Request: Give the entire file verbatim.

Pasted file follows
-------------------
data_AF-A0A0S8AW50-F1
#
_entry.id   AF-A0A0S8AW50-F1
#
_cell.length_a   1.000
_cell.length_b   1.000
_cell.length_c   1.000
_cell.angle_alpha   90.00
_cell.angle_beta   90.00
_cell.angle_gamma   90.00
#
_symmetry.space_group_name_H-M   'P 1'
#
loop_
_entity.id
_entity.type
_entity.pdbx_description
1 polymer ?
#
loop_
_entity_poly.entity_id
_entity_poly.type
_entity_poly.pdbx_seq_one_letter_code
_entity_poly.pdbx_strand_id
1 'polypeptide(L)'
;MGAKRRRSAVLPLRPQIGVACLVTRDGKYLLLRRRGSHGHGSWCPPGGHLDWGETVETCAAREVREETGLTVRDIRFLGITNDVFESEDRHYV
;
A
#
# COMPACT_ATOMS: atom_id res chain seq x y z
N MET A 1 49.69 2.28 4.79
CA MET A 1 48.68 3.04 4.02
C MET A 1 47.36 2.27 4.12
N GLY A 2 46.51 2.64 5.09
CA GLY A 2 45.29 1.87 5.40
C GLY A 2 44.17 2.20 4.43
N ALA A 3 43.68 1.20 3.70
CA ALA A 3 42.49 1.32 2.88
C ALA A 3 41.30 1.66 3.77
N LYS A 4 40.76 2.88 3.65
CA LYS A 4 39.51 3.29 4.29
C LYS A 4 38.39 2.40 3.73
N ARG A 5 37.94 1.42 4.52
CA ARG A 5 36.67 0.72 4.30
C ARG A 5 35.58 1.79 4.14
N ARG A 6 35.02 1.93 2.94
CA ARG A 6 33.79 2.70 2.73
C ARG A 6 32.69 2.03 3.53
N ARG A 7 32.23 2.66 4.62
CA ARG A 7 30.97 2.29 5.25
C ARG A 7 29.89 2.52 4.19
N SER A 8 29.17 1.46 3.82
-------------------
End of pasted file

data_AF-A0A0S8AW50-F1
#
_entry.id   AF-A0A0S8AW50-F1
#
_cell.length_a   1.000
_cell.length_b   1.000
_cell.length_c   1.000
_cell.angle_alpha   90.00
_cell.angle_beta   90.00
_cell.angle_gamma   90.00
#
_symmetry.space_group_name_H-M   'P 1'
#
loop_
_entity.id
_entity.type
_entity.pdbx_description
1 polymer ?
#
loop_
_entity_poly.entity_id
_entity_poly.type
_entity_poly.pdbx_seq_one_letter_code
_entity_poly.pdbx_strand_id
1 'polypeptide(L)'
;MGAKRRRSAVLPLRPQIGVACLVTRDGKYLLLRRRGSHGHGSWCPPGGHLDWGETVETCAAREVREETGLTVRDIRFLGITNDVFESEDRHYV
;
A
#
# COMPACT_ATOMS: atom_id res chain seq x y z
N MET A 1 49.69 2.28 4.79
CA MET A 1 48.68 3.04 4.02
C MET A 1 47.36 2.27 4.12
N GLY A 2 46.51 2.64 5.09
CA GLY A 2 45.29 1.87 5.40
C GLY A 2 44.17 2.20 4.43
N ALA A 3 43.68 1.20 3.70
CA ALA A 3 42.49 1.32 2.88
C ALA A 3 41.30 1.66 3.77
N LYS A 4 40.76 2.88 3.65
CA LYS A 4 39.51 3.29 4.29
C LYS A 4 38.39 2.40 3.73
N ARG A 5 37.94 1.42 4.52
CA ARG A 5 36.67 0.72 4.30
C ARG A 5 35.58 1.79 4.14
N ARG A 6 35.02 1.93 2.94
CA ARG A 6 33.79 2.70 2.73
C ARG A 6 32.69 2.03 3.53
N ARG A 7 32.23 2.66 4.62
CA ARG A 7 30.97 2.29 5.25
C ARG A 7 29.89 2.52 4.19
N SER A 8 29.17 1.46 3.82